Highs: Some cool moments musically, but they are moments almost any progressive metal fan has already heard.
Lows: Completely unoriginal and uninspired.
Bottom line: A progressive metal album that refuses to be anything more than a blatant Dream Theater rip-off.
Reviewed by xFiruath on April 30, 2010
There’s no doubt that Haken’s debut foray “Aquarius” is destined to make a big splash in the realm of prog. With members of the already established To-Mera, they have a lineup that gives them street cred, and their massively long songs have enough twists and turns to keep progressive metal fans coming back for many listens. The only area that Haken lacks is in the actual metal, as it frequently gets left behind in all the prog rock meandering.
Haken has put it all out there in their first release, going full force with massively long songs that run the gamut and cover nearly every aspect of music imaginable. The shortest track is almost seven minutes, and the finale is a marathon that clocks in at just under an incredible seventeen minutes. Much like with To-Mera, each song goes through a nearly absurd number of style and tempo changes, which essentially breaks the tracks down into individual snippets.
The frequent changes are actually handled very smoothly, even as the various segments of any track vary from loosely connected to lacking any connection at all. In some instances it feels like it would have made more sense to break the songs into shorter tracks instead of placing so many different elements into a single entry, especially since most of the segments have very clear transition points. Seven schizophrenic songs could have easily become twelve or more that each had a unique identity.
“The Point of No Return” is an interesting starting point for the album that shows how Haken approaches song writing, as the intro sounds like it could come from the ending of a symphonic metal album. The epic and grandiose sounds suddenly shift into a staple of the more avant-garde bands: circus music. It doesn’t take long for those sounds to get lost as the song changes pace again and heads into a more contemporary and laid back place. There is an exceedingly brief dip into death metal, but it too is gone before it’s had a chance to lay down any roots.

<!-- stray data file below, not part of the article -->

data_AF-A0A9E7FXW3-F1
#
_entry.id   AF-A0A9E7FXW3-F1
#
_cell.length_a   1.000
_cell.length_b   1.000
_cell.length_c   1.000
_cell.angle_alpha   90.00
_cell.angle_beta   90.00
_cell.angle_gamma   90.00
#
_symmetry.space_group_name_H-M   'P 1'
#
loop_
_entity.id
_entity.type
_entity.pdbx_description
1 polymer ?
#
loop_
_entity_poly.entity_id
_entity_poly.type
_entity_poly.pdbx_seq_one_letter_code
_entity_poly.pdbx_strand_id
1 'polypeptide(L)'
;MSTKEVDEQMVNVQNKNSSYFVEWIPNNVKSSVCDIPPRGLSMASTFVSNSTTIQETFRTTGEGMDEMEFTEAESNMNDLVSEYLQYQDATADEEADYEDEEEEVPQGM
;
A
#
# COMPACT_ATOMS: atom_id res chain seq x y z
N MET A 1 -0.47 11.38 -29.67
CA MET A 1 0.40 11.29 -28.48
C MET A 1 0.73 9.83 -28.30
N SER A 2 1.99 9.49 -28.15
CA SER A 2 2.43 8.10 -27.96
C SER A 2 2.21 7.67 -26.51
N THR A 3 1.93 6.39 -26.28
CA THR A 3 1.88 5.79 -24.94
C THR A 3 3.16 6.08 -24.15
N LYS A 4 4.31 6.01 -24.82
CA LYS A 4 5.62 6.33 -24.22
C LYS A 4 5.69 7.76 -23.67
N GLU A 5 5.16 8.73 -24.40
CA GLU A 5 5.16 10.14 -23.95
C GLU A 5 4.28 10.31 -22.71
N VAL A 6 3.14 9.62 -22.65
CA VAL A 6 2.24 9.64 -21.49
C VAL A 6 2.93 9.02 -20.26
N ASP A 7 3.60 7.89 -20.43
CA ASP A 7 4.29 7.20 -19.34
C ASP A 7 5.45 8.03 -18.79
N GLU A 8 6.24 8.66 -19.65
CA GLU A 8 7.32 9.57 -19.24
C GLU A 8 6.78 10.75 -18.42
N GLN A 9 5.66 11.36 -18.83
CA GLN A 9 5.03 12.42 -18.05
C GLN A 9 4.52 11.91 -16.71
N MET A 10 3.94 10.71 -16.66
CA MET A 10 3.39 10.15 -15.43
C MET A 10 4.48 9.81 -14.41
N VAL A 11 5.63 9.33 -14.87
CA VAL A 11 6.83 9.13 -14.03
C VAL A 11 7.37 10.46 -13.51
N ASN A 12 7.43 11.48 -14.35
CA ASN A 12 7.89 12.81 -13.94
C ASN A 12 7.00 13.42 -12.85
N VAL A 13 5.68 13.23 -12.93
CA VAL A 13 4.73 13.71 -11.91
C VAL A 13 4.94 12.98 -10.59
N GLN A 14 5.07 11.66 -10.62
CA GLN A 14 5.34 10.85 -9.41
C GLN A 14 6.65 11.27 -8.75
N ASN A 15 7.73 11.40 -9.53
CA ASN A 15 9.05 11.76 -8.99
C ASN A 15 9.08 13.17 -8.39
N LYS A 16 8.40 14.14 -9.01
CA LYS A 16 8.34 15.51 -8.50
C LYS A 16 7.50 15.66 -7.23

The momentary growling on the opening track is nothing more than a tease to the extreme metal crowd. Any actual death metal elements are almost an afterthought, as there is easily less than two total minutes of extreme vocals in a disc that runs well over an hour long. While there are clear metal influences, and even a good deal of heavy guitar work, the heavy elements are prone to getting bogged down by dips into contemporary and even pop. “Streams” is the biggest offender, as its backing “Ooooh bop, bop” vocals bring to mind Jason Mraz or even Hanson.
While there are a lot of problems brought on by the lack of focus and more mainstream approach, there are also a lot of wonders to be found. There is no denying that these musicians are excellent at their individual instruments, and there are plenty of epic moments and trippy, proggy passages worth hearing.
“Aquarius” may leave extreme metal fans wanting more, but on the flip side it will also easily draw in the crowd that hasn’t gotten into the heavier forms of metal yet. Fans of Dream Theater or To-Mera should give it a shot, but anyone who needs their metal to be constantly aggressive may want to pass.
Highs: Very interesting prog sounds, great guitar work, and smooth transitions.
Lows: The more pop oriented songs aren't going to win over any extreme metal fans.
Bottom line: A schizophrenic outing into prog that is frequently more pop than metal, but it may still appeal to fans of progressive bands like Dream Theater or To-Mera.